Prognostic factors and survival of horses with ocular/adnexal squamous cell carcinoma: 147 cases (1978-1988)

Steven J. Dugan From the Department of Clinical Sciences, Veterinary Teaching Hospital, College of Veterinary Medicine and Biomedical Sciences, Colorado State University, Fort Collins, CO 80523.

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Steven M. Roberts From the Department of Clinical Sciences, Veterinary Teaching Hospital, College of Veterinary Medicine and Biomedical Sciences, Colorado State University, Fort Collins, CO 80523.

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Charles R. Curtis From the Department of Clinical Sciences, Veterinary Teaching Hospital, College of Veterinary Medicine and Biomedical Sciences, Colorado State University, Fort Collins, CO 80523.

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Glenn A. Severin From the Department of Clinical Sciences, Veterinary Teaching Hospital, College of Veterinary Medicine and Biomedical Sciences, Colorado State University, Fort Collins, CO 80523.

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Summary

Between January 1978 and December 1988, 147 horses with ocular/adnexal squamous cell carcinoma (scc) were admitted to the Colorado State University Veterinary Teaching Hospital (CSU-VTH). Diagnosis was conjirmed by histologic examination of appropriate tissue specimens. Medical records and communication with owners, referring veterinarians, or both provided information regarding initial examination, treatment at the CSU-VTH, and final outcome. At initial examination, 123 (83.7%) horses had unilateral involvement and 24 (16.3%) horses had bilateral involvement. The nictitating membrane, nasal canthus, or both (28.1%); limbus (27.5%); and eyelid (22.8%) were most commonly affected. In addition to the ocular/adnexal location, scc was found elsewhere in 14 (9.5%) horses at initial examination. Adequate follow-up (≥ 4 months) for examination of tumor recurrence and survival analysis was obtained for 125 (85.0%) cases. After treatment at the CSU-VTH, tumor recurred in 30.4% of the cases. Tumor location, multiple vs single tumors at initial diagnosis, and CSU-VTH treatment modality influenced the recurrence of tumors. Survival analysis revealed a good prognosis for horses with ocular/adnexal scc. Although undefined, a conservative estimate of the median survival time was 47 months. Six factors (treatment prior to referral, tumor location, tumor size, single or multiple tumors, treatment modality at the CSU-VTH, and recurrence or nonrecurrence) were analyzed to determine their relation with survival. Treatment prior to referral, multiple vs single tumors at initial examination, and treatment modality used at the CSU-VTH did not influence survival. Tumor location influenced survival; scc involving the eyelid or orbit was associated with the poorest prognosis. Tumor stage (maximal dimension) was inversely related with survival. One or more recurrences of scc markedly reduced the likelihood of survival.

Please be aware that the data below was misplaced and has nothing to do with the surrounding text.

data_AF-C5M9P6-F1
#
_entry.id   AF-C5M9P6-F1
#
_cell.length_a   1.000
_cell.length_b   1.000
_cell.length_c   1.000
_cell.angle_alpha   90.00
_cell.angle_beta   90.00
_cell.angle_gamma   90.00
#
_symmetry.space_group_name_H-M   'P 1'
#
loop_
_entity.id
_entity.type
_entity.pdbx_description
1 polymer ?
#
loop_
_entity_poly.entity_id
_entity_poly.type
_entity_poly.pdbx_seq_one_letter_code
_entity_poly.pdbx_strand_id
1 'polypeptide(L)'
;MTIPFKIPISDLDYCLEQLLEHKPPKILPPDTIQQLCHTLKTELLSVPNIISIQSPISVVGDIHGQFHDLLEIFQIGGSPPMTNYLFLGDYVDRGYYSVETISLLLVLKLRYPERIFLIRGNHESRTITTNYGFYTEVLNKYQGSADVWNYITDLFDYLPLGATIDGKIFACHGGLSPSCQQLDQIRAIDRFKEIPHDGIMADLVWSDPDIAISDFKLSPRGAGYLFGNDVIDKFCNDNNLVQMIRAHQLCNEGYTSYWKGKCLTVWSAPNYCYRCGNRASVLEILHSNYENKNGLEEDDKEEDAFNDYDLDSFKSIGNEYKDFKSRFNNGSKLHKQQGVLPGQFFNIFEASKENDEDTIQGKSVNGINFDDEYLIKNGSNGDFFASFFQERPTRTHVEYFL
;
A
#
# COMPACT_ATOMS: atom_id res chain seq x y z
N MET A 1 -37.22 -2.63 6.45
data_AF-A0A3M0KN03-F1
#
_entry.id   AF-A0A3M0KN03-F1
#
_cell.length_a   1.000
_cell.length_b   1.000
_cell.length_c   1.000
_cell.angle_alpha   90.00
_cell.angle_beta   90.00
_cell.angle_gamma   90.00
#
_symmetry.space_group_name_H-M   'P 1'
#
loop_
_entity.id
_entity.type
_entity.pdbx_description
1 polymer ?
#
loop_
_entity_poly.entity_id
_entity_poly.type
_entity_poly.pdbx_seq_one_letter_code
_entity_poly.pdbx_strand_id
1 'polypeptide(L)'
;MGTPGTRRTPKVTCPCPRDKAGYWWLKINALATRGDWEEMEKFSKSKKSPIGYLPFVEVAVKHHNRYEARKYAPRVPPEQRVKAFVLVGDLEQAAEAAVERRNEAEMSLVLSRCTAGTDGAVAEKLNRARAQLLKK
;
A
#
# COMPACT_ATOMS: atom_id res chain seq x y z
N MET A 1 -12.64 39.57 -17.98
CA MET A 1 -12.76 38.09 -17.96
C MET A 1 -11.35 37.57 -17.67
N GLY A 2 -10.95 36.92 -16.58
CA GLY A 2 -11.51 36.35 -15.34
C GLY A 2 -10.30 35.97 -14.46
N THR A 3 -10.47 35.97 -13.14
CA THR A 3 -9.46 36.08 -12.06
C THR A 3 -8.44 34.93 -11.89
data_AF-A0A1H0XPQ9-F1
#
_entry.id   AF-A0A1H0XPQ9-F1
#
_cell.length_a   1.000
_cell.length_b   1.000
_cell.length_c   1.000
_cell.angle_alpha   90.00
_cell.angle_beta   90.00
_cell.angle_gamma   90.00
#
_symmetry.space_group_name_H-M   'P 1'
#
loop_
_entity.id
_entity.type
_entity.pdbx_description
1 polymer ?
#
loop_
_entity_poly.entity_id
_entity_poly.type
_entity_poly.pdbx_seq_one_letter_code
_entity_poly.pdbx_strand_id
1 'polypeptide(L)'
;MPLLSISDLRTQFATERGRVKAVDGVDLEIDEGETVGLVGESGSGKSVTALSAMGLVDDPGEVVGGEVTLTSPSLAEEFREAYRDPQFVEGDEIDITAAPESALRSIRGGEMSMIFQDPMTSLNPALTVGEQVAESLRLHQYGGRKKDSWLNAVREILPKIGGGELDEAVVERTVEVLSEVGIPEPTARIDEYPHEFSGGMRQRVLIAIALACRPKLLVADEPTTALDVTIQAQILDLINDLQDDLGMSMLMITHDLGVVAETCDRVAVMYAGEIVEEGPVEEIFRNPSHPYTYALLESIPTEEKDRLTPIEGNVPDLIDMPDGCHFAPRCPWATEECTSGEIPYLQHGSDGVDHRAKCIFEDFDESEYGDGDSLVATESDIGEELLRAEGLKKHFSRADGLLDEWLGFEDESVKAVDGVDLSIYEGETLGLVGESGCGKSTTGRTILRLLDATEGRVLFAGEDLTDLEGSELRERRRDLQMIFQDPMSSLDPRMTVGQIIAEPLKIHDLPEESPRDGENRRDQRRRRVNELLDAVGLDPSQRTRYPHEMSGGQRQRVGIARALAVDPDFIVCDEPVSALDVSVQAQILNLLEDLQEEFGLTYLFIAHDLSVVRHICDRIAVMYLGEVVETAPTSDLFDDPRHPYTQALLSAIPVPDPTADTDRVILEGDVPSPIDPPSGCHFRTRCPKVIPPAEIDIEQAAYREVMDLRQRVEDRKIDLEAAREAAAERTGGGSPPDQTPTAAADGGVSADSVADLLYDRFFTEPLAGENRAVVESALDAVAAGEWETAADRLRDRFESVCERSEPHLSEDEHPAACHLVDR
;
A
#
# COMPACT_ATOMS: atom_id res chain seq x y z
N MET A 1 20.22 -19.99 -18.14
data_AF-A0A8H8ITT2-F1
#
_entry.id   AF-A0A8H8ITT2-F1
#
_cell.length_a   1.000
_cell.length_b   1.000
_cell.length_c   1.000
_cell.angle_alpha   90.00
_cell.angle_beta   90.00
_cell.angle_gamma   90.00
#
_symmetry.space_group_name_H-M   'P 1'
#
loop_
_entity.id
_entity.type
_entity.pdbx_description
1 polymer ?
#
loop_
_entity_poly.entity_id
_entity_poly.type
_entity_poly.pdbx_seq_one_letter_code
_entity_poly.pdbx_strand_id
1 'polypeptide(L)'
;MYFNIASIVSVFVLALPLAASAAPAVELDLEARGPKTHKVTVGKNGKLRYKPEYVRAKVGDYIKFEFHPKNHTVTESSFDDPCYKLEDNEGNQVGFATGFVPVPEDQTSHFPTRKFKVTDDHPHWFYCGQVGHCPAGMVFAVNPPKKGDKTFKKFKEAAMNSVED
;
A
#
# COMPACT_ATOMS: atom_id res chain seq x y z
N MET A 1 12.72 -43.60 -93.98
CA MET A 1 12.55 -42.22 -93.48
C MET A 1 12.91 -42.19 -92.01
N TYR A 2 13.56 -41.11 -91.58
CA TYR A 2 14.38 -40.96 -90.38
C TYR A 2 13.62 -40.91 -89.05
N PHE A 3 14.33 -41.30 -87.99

Summary

Between January 1978 and December 1988, 147 horses with ocular/adnexal squamous cell carcinoma (scc) were admitted to the Colorado State University Veterinary Teaching Hospital (CSU-VTH). Diagnosis was conjirmed by histologic examination of appropriate tissue specimens. Medical records and communication with owners, referring veterinarians, or both provided information regarding initial examination, treatment at the CSU-VTH, and final outcome. At initial examination, 123 (83.7%) horses had unilateral involvement and 24 (16.3%) horses had bilateral involvement. The nictitating membrane, nasal canthus, or both (28.1%); limbus (27.5%); and eyelid (22.8%) were most commonly affected. In addition to the ocular/adnexal location, scc was found elsewhere in 14 (9.5%) horses at initial examination. Adequate follow-up (≥ 4 months) for examination of tumor recurrence and survival analysis was obtained for 125 (85.0%) cases. After treatment at the CSU-VTH, tumor recurred in 30.4% of the cases. Tumor location, multiple vs single tumors at initial diagnosis, and CSU-VTH treatment modality influenced the recurrence of tumors. Survival analysis revealed a good prognosis for horses with ocular/adnexal scc. Although undefined, a conservative estimate of the median survival time was 47 months. Six factors (treatment prior to referral, tumor location, tumor size, single or multiple tumors, treatment modality at the CSU-VTH, and recurrence or nonrecurrence) were analyzed to determine their relation with survival. Treatment prior to referral, multiple vs single tumors at initial examination, and treatment modality used at the CSU-VTH did not influence survival. Tumor location influenced survival; scc involving the eyelid or orbit was associated with the poorest prognosis. Tumor stage (maximal dimension) was inversely related with survival. One or more recurrences of scc markedly reduced the likelihood of survival.

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